KOTA KINABALU: Wildlife rangers have taken in an elephant calf, the youngest ever found, under their care after it was spotted wandering alone at an oil palm estate in Tawau.
The calf, believed to be barely three months old and still in need of feeding by its mother, was found by estate workers at the Brumas Oil Palm area on Tuesday.
The workers then alerted their manager, who immediately called the wildlife rangers.
Sabah Wildlife Department director Augustine Tuuga said their officials found that the calf was in weak condition.
“It was likely hungry and thirsty. We are not sure how long it had been wandering alone,” he said yesterday.
He added that they had tried searching for its mother or herd, but found no trace of either.
Tuuga said they would continue the search, although they would probably need to take the calf under their care for good if they failed to locate its herd within the next few days.
“It is quite surprising how the calf could have wandered off alone without its mother or herd searching for it,” he said.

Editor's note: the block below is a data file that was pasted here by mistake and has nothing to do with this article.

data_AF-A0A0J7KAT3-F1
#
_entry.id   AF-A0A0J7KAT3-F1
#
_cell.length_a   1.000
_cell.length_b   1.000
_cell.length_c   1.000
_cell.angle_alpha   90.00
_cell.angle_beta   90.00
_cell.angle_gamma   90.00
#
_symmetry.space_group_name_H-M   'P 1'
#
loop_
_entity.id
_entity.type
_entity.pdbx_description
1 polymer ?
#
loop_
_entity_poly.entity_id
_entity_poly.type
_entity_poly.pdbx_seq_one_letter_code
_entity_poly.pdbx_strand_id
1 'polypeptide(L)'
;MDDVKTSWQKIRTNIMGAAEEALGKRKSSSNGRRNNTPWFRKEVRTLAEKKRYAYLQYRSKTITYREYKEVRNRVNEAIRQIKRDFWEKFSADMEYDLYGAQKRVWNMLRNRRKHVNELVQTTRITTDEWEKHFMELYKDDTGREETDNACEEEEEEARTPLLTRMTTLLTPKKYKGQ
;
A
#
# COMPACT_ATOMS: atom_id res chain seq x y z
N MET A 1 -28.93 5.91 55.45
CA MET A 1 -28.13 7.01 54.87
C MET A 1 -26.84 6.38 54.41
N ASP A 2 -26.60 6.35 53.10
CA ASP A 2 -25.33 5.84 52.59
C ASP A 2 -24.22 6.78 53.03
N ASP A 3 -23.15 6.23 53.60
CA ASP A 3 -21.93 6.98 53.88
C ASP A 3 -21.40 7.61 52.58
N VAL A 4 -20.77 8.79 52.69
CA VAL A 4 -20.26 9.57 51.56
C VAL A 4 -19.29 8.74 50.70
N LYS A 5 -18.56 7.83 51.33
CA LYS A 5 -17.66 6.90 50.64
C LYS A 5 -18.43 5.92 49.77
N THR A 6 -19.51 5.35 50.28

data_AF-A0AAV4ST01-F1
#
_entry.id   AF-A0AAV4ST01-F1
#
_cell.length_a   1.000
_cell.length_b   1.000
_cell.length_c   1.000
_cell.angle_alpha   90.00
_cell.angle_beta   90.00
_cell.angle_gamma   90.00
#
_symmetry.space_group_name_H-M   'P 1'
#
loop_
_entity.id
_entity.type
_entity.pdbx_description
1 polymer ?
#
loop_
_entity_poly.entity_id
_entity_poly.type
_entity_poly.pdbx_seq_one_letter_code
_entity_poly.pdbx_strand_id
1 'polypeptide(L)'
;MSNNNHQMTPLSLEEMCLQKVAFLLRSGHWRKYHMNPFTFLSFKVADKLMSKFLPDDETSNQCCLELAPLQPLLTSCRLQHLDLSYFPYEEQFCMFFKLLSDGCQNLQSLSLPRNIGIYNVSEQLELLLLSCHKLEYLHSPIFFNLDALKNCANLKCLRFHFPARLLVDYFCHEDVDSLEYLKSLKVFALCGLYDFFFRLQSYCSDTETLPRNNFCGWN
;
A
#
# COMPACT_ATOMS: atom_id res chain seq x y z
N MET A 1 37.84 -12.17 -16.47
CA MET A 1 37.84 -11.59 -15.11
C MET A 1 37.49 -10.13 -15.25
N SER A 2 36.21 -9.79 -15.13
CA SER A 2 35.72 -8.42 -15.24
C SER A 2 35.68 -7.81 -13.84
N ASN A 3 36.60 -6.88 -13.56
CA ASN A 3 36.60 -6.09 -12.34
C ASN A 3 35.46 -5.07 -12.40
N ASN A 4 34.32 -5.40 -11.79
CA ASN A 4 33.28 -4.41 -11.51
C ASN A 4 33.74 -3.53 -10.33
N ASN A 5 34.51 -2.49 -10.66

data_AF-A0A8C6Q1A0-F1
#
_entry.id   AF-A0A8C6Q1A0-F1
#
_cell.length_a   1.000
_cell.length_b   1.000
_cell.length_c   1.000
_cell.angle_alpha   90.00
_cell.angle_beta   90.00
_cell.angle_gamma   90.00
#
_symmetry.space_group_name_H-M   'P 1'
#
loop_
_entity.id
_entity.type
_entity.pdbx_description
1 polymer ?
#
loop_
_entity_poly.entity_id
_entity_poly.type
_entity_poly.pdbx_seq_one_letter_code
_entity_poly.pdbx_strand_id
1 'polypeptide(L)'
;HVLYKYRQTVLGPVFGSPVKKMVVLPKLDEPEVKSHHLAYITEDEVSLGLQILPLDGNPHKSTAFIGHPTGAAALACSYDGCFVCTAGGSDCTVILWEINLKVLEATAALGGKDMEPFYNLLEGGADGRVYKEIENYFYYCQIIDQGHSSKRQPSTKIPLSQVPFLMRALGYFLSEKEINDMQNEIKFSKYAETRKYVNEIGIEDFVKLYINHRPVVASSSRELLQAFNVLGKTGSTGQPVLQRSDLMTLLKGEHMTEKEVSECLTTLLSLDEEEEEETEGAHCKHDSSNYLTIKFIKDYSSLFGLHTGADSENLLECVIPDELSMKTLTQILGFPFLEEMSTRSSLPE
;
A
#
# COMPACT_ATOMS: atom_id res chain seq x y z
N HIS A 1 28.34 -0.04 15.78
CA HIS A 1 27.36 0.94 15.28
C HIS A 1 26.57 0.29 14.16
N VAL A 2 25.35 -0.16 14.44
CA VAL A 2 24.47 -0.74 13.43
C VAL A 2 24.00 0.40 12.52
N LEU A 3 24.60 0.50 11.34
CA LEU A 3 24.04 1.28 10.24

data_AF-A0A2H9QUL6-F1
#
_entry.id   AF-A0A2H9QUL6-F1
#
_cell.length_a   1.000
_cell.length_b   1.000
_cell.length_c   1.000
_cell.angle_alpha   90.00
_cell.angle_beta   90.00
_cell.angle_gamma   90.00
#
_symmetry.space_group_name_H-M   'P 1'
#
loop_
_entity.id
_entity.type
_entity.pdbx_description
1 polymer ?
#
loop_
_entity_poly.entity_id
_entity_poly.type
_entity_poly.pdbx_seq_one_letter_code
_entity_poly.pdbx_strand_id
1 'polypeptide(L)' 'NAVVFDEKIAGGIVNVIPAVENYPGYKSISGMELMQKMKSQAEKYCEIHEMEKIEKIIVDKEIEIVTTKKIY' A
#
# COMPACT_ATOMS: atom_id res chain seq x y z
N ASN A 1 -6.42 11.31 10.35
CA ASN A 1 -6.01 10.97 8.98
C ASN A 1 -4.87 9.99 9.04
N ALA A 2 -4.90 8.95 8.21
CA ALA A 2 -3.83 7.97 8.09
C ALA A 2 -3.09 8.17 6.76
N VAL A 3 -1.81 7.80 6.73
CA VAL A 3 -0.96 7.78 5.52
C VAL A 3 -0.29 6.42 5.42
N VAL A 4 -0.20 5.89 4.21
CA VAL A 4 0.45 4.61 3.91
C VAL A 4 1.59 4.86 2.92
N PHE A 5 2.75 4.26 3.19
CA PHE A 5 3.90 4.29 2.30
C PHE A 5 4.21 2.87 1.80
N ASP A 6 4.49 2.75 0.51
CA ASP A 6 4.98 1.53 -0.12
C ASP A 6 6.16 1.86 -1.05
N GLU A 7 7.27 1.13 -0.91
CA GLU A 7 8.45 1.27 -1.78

Tuuga said the calf had been taken back to the base in Tawau, adding that they hoped to give it the care it needed as it was still very young.
“We have begun treatment and feeding to make sure that it will be all right,” he added.
The Brumas area is considered a high-risk human-animal conflict zone.
A rogue bull elephant killed a plantation worker and seriously injured a couple there two years ago. Wildlife rangers eventually culled the bull.
Human-animal conflict, especially in the east coast and interiors of Sabah, is increasing due to rapid development and land clearing.
In April and May alone, six elephants were found dead in Sabah’s east coast, most likely due to diseases.
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